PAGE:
The last government broadly accepted these warnings, but essentially did nothing about them - Glaister notes that the MPs of the Commons Transport Committee accused the then Transport minister Lord Adonis of "effectively rejecting" the most recent roads warnings. Glaister criticises Adonis' belief that new and extremely expensive high-speed rail links will seriously ease problems on the roads.

The government is able to take road users' money and divert most of it to other things, according to Glaister, because there are no rules on what level of road service must be provided and nobody in particular is responsible. The prof does accept that it's politically unrealistic to suggest that all or most of the current road revenues be spent on roads: that would equate to cuts in other departments - on top of what they are now suffering - equal to something like the entire budget of the MoD, a third of the NHS, or a fifth of the DWP. Some degree of subsidy from road revenue to other parts of government seems inevitable.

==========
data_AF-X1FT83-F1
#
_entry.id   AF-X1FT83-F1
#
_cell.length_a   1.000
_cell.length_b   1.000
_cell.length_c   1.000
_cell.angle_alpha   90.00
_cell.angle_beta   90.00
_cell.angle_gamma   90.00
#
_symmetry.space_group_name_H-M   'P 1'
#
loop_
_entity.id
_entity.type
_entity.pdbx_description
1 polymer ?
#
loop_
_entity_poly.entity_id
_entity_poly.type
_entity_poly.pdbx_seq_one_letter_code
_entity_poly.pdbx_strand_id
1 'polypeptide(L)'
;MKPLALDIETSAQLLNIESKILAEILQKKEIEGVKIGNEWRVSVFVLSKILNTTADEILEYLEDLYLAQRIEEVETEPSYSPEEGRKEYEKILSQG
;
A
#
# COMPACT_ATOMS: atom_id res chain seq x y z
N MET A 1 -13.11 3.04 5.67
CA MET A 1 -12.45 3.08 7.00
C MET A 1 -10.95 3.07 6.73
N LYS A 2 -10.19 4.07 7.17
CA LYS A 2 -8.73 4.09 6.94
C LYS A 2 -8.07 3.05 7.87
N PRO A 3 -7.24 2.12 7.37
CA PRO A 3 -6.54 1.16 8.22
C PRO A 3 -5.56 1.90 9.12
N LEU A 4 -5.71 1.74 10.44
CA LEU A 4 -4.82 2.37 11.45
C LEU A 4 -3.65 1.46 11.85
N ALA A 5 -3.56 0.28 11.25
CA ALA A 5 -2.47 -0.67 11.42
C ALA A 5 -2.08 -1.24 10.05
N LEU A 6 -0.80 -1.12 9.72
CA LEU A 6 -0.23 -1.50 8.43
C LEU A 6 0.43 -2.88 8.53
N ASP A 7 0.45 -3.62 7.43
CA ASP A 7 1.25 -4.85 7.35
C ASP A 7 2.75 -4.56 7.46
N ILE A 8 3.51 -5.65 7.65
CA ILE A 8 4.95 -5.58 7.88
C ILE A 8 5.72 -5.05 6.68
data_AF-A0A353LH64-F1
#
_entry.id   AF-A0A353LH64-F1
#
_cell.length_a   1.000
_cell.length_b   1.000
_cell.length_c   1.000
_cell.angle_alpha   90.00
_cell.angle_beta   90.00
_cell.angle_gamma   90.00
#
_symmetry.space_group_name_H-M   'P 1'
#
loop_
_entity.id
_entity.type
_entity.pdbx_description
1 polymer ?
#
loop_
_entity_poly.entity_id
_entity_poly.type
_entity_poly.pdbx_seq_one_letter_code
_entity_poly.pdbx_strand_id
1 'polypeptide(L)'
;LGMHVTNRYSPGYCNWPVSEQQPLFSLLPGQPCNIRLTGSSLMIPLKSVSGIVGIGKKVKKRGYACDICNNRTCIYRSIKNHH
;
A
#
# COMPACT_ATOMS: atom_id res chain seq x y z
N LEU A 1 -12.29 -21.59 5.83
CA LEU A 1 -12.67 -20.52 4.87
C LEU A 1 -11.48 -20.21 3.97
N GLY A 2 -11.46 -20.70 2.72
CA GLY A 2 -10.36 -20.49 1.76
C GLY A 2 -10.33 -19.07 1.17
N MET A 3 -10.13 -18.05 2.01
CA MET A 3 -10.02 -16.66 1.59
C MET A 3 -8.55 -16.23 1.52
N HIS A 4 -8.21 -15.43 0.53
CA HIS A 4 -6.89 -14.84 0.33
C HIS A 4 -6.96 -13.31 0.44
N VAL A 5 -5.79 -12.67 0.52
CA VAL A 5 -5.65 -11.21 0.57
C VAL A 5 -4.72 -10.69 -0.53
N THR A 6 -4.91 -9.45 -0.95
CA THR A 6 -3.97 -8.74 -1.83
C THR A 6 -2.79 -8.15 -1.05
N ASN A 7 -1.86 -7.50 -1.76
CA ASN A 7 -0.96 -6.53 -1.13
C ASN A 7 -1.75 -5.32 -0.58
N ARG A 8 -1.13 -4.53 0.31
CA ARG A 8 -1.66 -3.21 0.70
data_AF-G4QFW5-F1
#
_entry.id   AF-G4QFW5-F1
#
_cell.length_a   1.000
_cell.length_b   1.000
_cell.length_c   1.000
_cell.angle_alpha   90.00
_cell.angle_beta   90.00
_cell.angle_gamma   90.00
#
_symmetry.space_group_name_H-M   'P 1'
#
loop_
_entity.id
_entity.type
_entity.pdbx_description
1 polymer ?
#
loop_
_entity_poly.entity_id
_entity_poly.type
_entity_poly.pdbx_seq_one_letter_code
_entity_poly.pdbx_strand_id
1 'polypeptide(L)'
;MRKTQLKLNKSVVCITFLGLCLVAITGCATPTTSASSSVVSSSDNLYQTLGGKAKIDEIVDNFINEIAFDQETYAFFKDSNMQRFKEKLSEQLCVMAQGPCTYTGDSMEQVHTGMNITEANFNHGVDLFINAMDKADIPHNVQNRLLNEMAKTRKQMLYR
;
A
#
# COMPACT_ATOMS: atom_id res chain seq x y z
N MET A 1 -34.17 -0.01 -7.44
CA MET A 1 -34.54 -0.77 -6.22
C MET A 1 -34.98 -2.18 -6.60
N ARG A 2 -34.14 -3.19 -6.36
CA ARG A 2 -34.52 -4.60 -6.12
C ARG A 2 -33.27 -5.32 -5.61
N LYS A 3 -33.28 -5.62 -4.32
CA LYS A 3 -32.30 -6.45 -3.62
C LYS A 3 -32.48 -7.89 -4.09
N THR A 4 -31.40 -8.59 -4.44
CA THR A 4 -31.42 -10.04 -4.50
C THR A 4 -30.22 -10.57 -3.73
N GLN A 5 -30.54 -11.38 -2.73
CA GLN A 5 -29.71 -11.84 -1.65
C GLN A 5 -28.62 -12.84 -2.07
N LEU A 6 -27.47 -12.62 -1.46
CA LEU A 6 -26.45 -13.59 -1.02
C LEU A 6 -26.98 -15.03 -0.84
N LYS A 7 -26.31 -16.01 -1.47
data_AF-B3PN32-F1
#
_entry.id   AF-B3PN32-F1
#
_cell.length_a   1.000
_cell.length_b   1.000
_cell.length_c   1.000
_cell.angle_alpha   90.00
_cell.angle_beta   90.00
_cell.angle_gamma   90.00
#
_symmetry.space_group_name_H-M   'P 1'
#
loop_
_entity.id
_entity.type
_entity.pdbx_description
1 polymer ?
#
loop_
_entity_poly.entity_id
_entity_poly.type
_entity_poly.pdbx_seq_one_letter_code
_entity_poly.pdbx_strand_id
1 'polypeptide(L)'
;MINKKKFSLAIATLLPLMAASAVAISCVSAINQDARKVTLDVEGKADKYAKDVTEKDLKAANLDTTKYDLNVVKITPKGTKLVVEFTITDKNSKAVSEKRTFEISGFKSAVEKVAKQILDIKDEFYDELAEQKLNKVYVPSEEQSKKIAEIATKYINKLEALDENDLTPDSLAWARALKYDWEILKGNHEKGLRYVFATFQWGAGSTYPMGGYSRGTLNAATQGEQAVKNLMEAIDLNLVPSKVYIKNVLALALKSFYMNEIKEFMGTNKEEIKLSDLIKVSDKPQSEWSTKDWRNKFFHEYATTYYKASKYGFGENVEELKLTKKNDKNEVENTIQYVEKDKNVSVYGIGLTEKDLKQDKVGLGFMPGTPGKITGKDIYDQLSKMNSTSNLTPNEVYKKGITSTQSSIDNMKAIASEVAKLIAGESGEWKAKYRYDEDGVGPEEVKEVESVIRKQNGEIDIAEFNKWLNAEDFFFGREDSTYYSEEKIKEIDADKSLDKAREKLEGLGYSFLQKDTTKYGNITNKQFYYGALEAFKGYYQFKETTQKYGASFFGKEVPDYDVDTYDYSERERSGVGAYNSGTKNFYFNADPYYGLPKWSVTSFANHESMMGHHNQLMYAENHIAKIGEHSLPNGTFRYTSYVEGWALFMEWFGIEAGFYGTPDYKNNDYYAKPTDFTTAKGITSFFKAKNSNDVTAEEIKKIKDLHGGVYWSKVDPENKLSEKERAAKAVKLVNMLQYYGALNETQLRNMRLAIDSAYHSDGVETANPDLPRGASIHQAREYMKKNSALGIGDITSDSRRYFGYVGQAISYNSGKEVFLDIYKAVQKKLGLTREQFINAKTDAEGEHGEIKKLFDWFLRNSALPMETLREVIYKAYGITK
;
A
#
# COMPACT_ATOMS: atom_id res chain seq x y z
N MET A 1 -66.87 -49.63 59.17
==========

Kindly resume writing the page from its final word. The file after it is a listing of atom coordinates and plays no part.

Glaister suggests that management of the road system be moved to "arm's length" from government into a powerful new body with set rules as to the level of service it has to provide, with revenues of its own raised by some system of "pay as you go" road use - tolls, road pricing, what you will. It could receive its cash straight from the Treasury under the so-called "shadow toll" system already used on PFI roads, under which builders are paid a fee for each person who uses their road.

The prof freely acknowledges that road pricing schemes considered by the government in recent times have been wildly unpopular: famously, plans for a national system were shelved after 1.8 million people signed a No.10 petition against it in December 2006. Glaister considers, rightly or wrongly, that this upswell of public opinion occurred because people thought that the new charges would be a ripoff: that they would be charged a "stealth tax" and nothing would be done to improve the roads.